Collective violence was a familiar aspect of the early modern Anglo-American legal landscape. Group violence in the British Atlantic was nonlethal in intention and result. In the seventeenth century, in the context of political turmoil in England and unsettled social and political conditions in the American colonies, there arose rebellions and riots that took multiple lives. In the United States, during the decades before the Civil War, free Blacks, Latinos in the South West, runaways were the objects of racial lynching, but lynching attacks on U. S. blacks in the South, increased in the aftermath of Reconstruction, after slavery had been abolished and freed men gained the right to vote. The peak of lynchings occurred in 1892, after southern white Democrats had regained control of state legislatures. Many incidents were related to economic troubles and competition. At the turn of the 20th century, southern states passed new constitutions or legislation which disenfranchised most blacks and many poor whites, established segregation of public facilities by race, separated blacks from common public life and facilities through Jim Crow rules.
Nearly 3,500 African Americans and 1,300 whites were lynched in the United States between 1882 and 1968. Lynching in the British Empire dur
Hubert Thomas Delany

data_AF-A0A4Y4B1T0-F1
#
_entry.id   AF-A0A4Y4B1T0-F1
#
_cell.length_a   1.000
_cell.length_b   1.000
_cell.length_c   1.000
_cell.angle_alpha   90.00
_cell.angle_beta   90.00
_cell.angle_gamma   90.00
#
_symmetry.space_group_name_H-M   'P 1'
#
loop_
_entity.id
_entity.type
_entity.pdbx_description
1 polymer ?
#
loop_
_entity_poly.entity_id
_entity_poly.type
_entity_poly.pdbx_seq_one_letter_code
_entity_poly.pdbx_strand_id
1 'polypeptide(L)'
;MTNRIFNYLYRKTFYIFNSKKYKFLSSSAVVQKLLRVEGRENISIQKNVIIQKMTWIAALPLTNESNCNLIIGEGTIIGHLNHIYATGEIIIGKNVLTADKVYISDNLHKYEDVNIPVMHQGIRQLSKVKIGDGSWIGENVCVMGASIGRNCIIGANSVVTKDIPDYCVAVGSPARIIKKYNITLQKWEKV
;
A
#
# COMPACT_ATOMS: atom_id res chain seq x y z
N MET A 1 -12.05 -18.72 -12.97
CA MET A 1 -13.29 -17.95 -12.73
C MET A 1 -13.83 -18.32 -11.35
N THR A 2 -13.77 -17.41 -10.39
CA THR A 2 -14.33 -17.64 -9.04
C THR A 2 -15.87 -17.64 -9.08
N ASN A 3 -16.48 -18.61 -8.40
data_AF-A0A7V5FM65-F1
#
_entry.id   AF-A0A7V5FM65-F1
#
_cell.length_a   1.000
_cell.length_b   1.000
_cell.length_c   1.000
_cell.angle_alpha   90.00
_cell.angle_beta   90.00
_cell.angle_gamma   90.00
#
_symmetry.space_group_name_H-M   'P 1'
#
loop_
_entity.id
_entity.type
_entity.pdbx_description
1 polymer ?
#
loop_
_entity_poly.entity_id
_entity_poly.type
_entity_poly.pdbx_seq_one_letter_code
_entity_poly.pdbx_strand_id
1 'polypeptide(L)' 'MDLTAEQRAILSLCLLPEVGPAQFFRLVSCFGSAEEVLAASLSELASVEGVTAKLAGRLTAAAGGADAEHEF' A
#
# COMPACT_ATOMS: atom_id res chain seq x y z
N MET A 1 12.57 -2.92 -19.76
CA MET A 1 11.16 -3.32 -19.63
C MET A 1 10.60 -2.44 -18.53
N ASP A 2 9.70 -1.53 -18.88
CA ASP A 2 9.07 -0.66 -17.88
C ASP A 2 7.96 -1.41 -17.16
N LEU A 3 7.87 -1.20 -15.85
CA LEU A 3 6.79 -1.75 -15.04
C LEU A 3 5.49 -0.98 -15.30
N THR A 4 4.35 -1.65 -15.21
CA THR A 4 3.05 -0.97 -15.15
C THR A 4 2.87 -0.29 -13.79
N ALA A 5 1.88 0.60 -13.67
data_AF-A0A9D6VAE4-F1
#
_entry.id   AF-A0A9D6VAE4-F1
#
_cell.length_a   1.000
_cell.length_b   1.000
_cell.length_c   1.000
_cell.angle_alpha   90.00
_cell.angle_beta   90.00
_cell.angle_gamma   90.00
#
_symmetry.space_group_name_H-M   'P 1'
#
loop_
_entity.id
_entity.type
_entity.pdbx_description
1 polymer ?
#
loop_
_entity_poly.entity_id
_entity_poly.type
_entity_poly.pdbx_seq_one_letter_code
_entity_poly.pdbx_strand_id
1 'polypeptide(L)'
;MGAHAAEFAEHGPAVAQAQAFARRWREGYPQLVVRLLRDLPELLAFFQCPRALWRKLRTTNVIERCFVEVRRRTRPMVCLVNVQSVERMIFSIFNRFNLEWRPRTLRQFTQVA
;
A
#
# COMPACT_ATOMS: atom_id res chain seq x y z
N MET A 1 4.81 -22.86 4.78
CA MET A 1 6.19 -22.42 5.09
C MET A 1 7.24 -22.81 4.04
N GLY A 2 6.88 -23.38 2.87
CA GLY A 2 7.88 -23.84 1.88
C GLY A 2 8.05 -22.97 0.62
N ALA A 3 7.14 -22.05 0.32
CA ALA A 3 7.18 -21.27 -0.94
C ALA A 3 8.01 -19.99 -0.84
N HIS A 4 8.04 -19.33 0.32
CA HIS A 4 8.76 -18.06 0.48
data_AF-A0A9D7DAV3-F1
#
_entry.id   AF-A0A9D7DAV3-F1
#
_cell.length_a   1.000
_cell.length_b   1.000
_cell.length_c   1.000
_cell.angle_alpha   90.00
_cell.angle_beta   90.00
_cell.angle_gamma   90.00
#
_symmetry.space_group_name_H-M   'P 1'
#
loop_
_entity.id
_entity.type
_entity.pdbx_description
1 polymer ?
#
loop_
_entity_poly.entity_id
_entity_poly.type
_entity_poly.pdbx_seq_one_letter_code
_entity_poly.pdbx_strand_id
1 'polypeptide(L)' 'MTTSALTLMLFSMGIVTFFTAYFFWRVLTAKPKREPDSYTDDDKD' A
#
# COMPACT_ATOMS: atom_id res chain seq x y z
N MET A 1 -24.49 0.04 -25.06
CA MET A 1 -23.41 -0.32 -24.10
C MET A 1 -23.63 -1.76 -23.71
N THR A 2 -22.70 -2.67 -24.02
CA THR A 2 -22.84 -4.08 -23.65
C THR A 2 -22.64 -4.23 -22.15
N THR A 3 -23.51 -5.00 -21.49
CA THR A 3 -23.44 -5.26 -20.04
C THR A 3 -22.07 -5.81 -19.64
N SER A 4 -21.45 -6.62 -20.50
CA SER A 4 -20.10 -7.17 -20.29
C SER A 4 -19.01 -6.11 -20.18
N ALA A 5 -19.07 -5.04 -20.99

Hubert Thomas Delany was an American civil rights pioneer, a lawyer, Assistant U. S. Attorney, the first African American Tax Commissioner of New York and one of the first appointed African American judges in New York City. Judge Delany was on the board of Directors for the National Association for the Advancement of Colored People, the Harlem YMCA and became an active leader in the Harlem Renaissance, he served as a Vice President of the NAACP Legal Defense and Educational Fund. He was a graduate of City College of New York in 1923, he received his law degree from New York University School of Law in 1926 and was a member of Sigma Pi Phi Fraternity, the first Greek-letter organization to be founded by African American men. Delany had a long career serving as both a justice in the New York City Domestic Relations Court as well as an attorney and adviser to civil rights activists Dr. Martin Luther King Jr. US Congressman Adam Clayton Powell Jr. and poet Langston Hughes. He advised entertainment and sports luminaries including famed opera singer Marian Anderson and actor Paul Robeson, cartoonist E. Simms Campbell, bandleader Cab Calloway, Major League Baseball color line breaker Jackie Robinson.